GLENDALE, Ariz. -- Jose Abreu’s dad temporarily purchased a black and white television the last time a major league team played in Cuba.
They couldn’t afford to attend the 1999 contest between the Baltimore Orioles and the Cuban national team. But Abreu’s father wanted to be able to watch the game with his son, then 12 years old.
So it should come as no surprise that the slugger was awed on Tuesday to watch Cuba host the Tampa Bay Rays -- on color a television from the White Sox clubhouse. President Barack Obama attended the game at Estadio Latinoamericano as the United States and Cuba continue to improve diplomatic relations.
“I am in shock right now,” Abreu said through an interpreter. “If you slap my face, I can’t believe it. That’s something great. I think that we never thought that this could happen so soon. Yes, it’s a very special, I’m very happy because (Cuban Dayron Varona of the Rays) has the opportunity to play. I hope I have the same opportunity some day.”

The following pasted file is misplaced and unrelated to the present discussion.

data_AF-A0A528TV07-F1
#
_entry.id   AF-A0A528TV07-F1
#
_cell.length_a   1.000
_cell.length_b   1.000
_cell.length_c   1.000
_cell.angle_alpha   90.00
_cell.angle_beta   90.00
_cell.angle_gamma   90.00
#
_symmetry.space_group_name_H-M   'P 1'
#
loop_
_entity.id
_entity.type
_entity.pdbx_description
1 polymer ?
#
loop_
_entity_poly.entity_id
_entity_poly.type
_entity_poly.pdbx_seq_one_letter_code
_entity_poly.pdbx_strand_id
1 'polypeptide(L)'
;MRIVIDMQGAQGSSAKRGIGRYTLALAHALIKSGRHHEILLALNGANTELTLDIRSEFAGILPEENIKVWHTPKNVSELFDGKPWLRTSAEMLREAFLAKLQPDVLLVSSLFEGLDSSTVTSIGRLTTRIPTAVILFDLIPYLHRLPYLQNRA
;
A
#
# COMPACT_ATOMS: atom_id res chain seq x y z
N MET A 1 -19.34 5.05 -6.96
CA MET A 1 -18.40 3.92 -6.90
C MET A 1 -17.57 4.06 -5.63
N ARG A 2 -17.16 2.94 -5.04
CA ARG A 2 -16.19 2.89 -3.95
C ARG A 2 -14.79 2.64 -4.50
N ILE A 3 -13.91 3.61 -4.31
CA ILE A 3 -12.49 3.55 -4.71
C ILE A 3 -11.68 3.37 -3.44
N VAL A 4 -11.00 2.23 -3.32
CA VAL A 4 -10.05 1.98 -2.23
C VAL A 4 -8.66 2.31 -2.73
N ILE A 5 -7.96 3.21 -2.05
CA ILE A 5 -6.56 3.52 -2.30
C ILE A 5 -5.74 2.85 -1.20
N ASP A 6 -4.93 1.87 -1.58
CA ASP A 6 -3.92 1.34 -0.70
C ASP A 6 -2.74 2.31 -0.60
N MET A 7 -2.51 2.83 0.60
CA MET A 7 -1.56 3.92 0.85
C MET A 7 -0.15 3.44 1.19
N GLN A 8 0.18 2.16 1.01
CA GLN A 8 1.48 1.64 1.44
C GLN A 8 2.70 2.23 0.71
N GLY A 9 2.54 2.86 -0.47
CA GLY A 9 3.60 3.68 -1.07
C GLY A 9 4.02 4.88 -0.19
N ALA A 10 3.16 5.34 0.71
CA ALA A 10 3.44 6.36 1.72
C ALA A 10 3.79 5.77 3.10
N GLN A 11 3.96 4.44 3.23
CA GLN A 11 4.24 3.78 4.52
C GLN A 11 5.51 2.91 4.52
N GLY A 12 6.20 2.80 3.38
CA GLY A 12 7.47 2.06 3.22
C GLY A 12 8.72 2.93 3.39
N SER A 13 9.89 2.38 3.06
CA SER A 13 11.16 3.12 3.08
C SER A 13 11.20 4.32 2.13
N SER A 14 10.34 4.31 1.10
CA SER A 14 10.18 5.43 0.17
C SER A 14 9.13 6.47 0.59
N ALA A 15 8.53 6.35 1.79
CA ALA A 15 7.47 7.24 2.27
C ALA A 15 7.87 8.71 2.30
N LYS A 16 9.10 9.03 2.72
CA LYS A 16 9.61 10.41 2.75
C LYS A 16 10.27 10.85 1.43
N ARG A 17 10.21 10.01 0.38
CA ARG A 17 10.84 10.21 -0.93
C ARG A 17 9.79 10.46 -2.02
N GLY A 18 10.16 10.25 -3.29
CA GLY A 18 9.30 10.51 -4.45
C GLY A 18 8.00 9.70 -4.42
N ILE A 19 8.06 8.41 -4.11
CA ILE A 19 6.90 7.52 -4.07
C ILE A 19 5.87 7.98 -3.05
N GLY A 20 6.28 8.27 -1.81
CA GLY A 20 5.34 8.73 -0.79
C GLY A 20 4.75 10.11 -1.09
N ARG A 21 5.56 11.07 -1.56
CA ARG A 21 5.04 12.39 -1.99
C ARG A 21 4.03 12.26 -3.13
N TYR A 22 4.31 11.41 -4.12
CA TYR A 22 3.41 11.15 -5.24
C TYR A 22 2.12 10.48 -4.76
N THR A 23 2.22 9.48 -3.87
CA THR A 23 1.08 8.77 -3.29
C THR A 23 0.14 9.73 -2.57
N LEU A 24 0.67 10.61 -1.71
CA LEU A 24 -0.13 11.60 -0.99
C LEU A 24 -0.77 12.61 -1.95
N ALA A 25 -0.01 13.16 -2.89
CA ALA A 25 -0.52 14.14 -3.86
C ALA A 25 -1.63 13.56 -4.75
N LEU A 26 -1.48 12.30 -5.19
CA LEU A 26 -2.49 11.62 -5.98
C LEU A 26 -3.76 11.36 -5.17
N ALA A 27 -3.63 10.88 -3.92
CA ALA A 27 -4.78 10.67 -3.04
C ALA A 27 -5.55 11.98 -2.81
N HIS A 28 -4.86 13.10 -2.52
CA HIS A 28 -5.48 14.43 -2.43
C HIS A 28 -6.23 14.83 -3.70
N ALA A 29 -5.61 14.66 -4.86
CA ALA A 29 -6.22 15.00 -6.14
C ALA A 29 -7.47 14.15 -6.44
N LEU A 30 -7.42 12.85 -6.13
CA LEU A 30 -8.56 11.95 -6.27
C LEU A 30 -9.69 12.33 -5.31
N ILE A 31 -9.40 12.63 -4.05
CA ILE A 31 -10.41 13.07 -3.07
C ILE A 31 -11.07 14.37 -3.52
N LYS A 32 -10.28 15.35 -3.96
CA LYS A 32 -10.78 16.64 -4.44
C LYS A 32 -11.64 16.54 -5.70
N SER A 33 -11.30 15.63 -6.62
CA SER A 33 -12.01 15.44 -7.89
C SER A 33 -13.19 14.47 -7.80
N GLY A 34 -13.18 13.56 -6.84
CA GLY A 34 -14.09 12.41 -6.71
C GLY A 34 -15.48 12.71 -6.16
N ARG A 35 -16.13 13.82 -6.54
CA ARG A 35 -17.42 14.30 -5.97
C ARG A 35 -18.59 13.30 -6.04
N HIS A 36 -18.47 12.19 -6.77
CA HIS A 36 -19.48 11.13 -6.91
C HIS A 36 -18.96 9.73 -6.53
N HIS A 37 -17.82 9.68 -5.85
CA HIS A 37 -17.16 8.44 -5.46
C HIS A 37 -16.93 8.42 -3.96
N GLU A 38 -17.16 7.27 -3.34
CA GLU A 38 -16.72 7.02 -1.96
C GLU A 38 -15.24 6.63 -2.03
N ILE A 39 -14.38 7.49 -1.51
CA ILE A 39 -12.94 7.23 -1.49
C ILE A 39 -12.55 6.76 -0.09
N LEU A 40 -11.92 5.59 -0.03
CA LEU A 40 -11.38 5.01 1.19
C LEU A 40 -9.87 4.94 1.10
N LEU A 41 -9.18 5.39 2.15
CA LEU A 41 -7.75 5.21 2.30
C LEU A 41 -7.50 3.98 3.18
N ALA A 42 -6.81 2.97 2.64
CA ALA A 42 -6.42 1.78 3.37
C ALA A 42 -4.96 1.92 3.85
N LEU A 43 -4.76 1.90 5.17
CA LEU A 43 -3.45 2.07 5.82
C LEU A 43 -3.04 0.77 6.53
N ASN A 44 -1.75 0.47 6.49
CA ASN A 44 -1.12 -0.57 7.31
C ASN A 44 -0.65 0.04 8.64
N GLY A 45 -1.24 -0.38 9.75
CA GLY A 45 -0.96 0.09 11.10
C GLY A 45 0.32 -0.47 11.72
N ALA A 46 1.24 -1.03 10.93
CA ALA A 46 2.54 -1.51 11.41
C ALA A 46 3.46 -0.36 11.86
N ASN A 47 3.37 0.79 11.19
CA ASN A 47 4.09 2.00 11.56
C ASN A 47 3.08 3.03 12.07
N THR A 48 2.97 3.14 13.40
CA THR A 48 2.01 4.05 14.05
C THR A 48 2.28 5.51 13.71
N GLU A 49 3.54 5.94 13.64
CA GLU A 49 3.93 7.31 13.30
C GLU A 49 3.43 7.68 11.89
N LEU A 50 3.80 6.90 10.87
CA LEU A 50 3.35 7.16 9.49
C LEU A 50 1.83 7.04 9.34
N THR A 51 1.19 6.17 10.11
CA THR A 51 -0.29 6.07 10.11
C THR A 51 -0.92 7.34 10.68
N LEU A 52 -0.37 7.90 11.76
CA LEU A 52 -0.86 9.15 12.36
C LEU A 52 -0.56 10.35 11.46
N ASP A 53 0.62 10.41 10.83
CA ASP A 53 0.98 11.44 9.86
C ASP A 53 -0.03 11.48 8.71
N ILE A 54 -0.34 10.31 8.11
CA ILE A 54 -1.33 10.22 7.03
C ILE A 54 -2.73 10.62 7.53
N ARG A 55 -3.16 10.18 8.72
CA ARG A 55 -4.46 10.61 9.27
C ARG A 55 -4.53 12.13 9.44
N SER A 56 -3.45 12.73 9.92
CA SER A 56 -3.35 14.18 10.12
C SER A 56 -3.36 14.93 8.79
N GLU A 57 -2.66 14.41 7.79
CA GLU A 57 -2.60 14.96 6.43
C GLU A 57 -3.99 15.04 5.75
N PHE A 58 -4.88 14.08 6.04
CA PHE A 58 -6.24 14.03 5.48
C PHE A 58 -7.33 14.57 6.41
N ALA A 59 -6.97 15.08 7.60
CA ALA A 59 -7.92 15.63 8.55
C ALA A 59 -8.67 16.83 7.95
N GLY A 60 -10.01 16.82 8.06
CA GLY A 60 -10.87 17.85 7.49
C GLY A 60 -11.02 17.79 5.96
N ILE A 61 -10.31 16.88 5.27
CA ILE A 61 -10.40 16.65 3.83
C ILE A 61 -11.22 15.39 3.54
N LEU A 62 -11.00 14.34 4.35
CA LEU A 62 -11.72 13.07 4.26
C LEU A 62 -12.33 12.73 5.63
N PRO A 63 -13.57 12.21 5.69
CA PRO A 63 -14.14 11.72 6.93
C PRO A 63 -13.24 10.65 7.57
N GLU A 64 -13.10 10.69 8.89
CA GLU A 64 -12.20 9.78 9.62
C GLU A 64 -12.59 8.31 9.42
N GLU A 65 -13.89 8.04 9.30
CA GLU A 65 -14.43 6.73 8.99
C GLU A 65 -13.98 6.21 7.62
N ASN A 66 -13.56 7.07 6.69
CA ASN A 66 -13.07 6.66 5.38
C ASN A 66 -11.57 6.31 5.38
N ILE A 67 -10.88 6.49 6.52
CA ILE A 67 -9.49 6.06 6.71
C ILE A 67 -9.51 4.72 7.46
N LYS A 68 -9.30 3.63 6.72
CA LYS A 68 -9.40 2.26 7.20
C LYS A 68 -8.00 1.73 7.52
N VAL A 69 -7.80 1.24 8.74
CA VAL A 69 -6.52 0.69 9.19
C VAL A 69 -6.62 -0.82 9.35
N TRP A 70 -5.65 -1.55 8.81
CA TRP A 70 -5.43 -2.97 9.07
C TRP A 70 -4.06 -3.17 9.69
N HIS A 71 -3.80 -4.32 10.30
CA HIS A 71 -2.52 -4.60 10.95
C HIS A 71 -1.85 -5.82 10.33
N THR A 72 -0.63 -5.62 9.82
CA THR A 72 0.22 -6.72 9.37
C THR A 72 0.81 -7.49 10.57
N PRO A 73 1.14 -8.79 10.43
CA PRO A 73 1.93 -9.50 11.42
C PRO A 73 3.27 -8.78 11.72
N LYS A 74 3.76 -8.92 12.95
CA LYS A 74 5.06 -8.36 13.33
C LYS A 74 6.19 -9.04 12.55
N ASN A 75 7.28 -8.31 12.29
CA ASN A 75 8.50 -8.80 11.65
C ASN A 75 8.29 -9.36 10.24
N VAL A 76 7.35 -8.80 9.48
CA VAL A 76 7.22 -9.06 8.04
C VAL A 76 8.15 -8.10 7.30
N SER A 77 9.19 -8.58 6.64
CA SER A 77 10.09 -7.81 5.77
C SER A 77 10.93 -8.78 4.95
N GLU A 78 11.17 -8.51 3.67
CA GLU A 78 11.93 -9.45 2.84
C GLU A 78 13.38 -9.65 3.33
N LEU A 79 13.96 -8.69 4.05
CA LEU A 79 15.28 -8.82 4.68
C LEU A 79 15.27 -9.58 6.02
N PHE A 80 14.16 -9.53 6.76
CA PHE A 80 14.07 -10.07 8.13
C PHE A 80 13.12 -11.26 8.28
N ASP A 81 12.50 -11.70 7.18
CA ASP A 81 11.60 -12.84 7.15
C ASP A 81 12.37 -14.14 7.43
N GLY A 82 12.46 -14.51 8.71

The exhibition played is only the second between the countries since Fidel Castro came to power in 1959. Abreu would have liked to have played but said he’s thrilled to have been part of Major League Baseball’s goodwill tour to Havana three months earlier. On that trip, Abreu had a chance to reunite with his son Dariel and see friends and family members he hadn’t seen since he left Cuba in 2013.
“The people in Cuba were expecting for this,” Abreu said. “They are huge baseball fans. They love baseball. This is a huge step for us, for people in Cuba and I want to thank again for President Obama for all of his kindness. He’s an outstanding man. For all the effort he has put into this, that’s huge for us.”